Tuesday, March 18, 2008

Belgium - Last Thoughts

After a long set of flights back to the US and waiting nearly 48 hours for the luggage to arrive, some final thoughts on our trip to Belgium last week.

We saw and learned so much about Belgian government(s), society, and issues around immigrant integration in such a short time, it is really very hard to come to any sort of conclusions. But there are a couple of things that did become very clear:

#1 Belgium does have the best chocolate in the world (it wasn't all work and no play...)

#2 Their beer is pretty darn good too. Didn't try all 550 kinds, but the ones we had were quite smakelijk!

More seriously, it seems, from what we could glean in one short week, that some of the issues of integration are linked to a perspective that requires immigrants (and their Belgian born offspring, often 2nd and 3rd generation) to make changes to adapt to mainstream society, sometimes giving up critical parts of their identity, while there are few efforts to change in the receiving society to ensure that immigrants are welcome and treated equitably.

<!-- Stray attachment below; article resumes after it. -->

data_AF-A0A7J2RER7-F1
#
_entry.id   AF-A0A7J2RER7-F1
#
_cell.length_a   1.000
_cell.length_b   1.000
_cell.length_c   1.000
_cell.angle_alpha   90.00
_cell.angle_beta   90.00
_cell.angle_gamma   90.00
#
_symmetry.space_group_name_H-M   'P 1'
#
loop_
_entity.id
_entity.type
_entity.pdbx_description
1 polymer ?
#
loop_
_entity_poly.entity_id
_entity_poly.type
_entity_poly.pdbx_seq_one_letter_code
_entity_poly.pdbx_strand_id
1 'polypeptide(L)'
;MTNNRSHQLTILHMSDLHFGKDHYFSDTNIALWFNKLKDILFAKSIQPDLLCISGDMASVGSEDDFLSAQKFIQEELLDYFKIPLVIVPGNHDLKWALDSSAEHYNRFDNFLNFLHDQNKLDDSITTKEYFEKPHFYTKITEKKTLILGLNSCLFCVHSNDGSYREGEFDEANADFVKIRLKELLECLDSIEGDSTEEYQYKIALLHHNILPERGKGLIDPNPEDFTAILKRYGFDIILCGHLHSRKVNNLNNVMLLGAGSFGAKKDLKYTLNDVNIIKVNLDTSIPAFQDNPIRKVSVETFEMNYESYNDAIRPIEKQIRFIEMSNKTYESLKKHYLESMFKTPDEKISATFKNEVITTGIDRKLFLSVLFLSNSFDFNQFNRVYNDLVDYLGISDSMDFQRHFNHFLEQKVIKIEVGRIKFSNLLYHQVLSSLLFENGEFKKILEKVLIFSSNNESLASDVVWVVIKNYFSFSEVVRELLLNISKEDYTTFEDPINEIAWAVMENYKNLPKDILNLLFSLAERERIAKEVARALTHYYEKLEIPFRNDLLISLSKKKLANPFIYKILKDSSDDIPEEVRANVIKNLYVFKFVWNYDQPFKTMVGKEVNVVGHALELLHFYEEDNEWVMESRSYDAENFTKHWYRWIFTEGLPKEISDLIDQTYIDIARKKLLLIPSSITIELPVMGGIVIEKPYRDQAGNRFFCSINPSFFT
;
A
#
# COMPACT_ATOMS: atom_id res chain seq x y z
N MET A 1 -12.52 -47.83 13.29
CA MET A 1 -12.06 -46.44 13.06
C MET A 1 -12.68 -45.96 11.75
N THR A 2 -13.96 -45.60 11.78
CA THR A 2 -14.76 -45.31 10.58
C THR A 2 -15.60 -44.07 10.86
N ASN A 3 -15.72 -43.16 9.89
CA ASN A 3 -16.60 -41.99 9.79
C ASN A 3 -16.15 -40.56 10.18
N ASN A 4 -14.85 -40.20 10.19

There are many wonderful government sponsored programs in place to help immigrants assimilate into their new community.

But we also heard from some of these 2nd and 3rd generation allochtoonen that despite the fact that they were born in Belgium, speak Flemish, French, English and Arabic fluently, are university educated, and gainfully employed, as seems to be required to be considered "integrated" by Belgian society, they still felt less than welcome, still experienced much discrimination, and were overall treated much like second class citizens in many situations.Perhaps it is because Belgium has only recently been confronted with these immigration, religious, and race issues. They have not experienced hundreds of years of slavery and a civil rights movement that raised these questions in the US over 40 years ago.

Of course, we still deal with these issues every day in the US. But it seems that there is also more willingness to talk about them here, to try to work together to figure out solutions. Perhaps it is just a matter of time before Belgium will have its own movement to raise these issues for discussion on a societal level.

We can only hope that one day, decendants of Moroccan, Turkish, and Congolese immigrants can stand up proudly and declare, "Ik ben allochtoon!" and still be treated with the respect and fairness afforded to the autochtoonen (native born white Belgians).

We are looking forward to the Belgian participants' impressions of the United States as half of them visit New York, Atlanta and Denver in May, while the other half come to Washington DC, Detroit, and Seattle in October.

We're wondering how they will see our efforts at integration and what insights they may have into our own confusing system of immigration and immigrant services...

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